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I've been designing some basic controls for a 2D platformer and managed to get the feeling that I've been looking for when moving and jumping, but something is not quite right, it's not very responsive.

Most of the inputs are detected, but a lot of times, for example, the simple action of pressing some key to jump is completely ignored and the player ends up falling when the key was pressed at the right time. I don't consider that I'm developing on a laptop with low specs at all if that matters.

Looking at some other questions it has always been said that input detection should be inside the Update function and that physics related stuff should be on FixedUpdate, however, it has not always been very clear what exactly should be on which function, as far as I understand it should go something like this...right?


using System.Collections;
using System.Collections.Generic;
using UnityEngine;

public class PlayerController : MonoBehaviour {
    public float speed;
    public float jumpForce;
    public float groundCheckRadius;

    public Transform groundCheck;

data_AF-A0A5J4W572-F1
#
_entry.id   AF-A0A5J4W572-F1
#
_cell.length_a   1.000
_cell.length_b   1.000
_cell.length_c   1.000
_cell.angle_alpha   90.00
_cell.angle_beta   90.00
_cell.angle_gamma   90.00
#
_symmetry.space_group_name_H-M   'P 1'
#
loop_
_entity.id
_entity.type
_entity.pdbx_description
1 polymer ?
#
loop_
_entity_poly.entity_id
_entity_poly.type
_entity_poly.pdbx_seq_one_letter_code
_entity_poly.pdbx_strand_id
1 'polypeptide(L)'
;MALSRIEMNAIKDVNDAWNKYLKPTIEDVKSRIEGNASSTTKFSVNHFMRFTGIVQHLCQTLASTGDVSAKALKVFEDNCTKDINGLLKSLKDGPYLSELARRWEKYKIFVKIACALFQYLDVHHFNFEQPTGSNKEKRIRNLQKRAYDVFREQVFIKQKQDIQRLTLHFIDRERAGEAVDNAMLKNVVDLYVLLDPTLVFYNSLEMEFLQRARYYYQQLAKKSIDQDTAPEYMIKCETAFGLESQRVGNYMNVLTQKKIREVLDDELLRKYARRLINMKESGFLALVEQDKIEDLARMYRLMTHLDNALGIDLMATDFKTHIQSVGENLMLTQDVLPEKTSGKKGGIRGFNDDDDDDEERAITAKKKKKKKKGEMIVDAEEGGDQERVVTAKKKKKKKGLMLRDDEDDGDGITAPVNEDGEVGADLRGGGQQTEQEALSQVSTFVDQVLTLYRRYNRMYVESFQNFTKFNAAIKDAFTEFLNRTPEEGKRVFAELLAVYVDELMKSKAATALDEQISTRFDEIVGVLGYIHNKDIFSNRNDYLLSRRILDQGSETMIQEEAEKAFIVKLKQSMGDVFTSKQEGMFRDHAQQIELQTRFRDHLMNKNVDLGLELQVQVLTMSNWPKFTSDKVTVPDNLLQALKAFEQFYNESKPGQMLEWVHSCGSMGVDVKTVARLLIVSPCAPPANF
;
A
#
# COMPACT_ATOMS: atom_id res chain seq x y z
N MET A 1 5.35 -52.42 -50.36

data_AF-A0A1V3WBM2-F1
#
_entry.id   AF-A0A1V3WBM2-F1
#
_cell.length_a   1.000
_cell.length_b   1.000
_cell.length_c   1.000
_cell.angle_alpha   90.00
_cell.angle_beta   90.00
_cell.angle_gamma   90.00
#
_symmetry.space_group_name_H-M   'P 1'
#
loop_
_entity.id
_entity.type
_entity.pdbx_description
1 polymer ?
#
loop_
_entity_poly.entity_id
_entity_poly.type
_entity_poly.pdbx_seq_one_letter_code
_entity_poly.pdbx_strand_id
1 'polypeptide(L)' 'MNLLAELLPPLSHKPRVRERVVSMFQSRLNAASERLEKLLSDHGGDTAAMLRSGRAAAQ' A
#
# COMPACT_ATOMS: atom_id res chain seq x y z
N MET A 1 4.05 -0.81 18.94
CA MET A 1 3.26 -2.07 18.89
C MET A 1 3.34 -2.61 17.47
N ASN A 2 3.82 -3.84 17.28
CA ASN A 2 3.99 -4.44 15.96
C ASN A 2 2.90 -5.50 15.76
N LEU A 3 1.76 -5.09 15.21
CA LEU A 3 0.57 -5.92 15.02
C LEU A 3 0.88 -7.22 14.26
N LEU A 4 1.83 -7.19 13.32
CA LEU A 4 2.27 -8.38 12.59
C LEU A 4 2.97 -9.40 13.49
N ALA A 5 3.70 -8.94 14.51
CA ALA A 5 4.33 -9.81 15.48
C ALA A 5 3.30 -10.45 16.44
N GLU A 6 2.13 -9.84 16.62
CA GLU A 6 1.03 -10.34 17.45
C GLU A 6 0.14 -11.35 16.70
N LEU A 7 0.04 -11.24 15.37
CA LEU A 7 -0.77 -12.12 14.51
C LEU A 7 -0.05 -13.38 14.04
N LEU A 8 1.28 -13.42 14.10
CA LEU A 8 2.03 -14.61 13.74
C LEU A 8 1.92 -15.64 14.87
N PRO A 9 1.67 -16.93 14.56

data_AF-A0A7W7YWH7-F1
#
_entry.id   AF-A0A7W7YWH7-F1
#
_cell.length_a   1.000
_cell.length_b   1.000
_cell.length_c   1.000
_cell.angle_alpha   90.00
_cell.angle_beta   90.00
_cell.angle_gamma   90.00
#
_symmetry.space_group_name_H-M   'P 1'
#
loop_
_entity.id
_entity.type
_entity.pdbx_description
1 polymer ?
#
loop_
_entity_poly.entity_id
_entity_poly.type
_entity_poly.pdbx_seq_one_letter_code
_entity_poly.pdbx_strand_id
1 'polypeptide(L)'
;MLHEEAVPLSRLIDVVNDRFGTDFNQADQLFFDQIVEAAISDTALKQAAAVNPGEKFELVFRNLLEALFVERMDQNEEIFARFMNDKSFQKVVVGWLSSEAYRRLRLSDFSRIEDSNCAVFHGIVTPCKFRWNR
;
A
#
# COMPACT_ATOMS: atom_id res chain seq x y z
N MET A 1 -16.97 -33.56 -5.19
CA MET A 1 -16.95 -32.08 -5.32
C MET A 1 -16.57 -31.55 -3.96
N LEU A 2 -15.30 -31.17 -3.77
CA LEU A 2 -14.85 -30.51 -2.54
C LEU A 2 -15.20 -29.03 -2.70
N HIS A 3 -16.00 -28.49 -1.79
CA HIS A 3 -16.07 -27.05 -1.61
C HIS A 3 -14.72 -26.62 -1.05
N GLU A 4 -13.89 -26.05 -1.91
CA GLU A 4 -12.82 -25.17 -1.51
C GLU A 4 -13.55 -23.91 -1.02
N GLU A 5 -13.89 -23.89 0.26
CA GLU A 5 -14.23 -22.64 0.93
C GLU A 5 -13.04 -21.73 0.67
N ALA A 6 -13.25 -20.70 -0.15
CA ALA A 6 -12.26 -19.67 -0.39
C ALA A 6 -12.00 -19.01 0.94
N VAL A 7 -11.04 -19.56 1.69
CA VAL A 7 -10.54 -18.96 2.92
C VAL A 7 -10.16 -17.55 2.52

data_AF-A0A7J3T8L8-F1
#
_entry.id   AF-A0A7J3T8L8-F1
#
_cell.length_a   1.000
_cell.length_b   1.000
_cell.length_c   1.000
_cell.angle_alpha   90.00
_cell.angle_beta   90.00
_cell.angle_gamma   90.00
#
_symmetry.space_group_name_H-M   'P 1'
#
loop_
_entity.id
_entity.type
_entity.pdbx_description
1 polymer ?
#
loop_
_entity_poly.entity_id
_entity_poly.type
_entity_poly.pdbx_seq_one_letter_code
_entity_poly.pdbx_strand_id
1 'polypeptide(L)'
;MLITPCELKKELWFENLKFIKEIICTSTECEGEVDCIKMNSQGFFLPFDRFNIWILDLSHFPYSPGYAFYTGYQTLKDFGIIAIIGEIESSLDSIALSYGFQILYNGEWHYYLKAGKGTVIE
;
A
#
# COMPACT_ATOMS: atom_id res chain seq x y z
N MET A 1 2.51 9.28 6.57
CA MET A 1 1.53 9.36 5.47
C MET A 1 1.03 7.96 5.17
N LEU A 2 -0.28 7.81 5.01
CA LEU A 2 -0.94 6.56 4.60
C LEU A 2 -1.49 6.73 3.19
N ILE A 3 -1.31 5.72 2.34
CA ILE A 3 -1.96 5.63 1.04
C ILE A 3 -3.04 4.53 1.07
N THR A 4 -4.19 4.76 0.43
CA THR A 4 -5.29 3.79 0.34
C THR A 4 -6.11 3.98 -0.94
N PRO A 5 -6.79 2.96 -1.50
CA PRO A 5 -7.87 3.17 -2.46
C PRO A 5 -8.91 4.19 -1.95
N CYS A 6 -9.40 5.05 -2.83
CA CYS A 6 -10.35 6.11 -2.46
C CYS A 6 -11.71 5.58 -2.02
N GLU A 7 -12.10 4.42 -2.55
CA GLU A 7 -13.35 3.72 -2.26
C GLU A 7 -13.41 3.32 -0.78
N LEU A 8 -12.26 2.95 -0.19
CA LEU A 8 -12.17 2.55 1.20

public LayerMask groundMask;

    private float direction;

    private bool facingRight;
    private bool shouldJump;
    private bool isGrounded;
    private bool shouldFall;

    private SpriteRenderer renderer;
    private Rigidbody2D rigidbody;

    void Awake() {
        this.renderer = GetComponent<SpriteRenderer>();
        this.rigidbody = GetComponent<Rigidbody2D>();
    }


    void Start () {
        this.facingRight = true;
        this.shouldJump = false;
        this.isGrounded = false;
        this.shouldFall = false;
    }


    void Update () {
        this.direction = Input.GetAxisRaw("Horizontal");
        this.isGrounded = Physics2D.OverlapCircle(this.groundCheck.position, this.groundCheckRadius, this.groundMask);
        this.shouldJump = Input.GetKeyDown(KeyCode.S) && this.isGrounded;

        if (this.facingRight && this.direction < 0 || !this.facingRight && this.direction > 0)
            this.Flip();